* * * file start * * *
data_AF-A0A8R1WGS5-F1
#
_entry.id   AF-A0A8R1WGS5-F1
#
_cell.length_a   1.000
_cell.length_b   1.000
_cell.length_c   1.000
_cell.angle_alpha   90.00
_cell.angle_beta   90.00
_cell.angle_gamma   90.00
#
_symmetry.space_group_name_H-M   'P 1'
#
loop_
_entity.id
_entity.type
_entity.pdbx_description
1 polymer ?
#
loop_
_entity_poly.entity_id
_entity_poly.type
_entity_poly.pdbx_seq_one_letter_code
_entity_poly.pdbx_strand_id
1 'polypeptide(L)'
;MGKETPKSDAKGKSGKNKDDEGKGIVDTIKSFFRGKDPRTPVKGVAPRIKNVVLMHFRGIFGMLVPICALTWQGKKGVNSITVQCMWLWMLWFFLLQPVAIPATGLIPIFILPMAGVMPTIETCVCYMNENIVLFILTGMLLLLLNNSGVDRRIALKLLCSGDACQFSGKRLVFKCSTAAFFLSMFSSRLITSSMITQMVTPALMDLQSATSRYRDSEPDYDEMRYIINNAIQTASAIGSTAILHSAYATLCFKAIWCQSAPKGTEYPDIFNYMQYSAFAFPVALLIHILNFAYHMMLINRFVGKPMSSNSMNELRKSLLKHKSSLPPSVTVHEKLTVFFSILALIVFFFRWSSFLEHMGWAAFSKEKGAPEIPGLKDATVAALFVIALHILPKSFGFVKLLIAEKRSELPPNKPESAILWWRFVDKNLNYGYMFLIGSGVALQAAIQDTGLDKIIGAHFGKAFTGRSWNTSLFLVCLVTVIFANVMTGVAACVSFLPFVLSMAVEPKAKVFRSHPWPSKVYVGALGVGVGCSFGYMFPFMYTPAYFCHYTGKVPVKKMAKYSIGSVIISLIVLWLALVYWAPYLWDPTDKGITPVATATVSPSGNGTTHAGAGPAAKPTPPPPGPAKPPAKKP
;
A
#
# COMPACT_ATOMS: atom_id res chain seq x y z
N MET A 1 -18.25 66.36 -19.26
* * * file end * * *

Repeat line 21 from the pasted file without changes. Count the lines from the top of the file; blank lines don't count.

_entity_poly.entity_id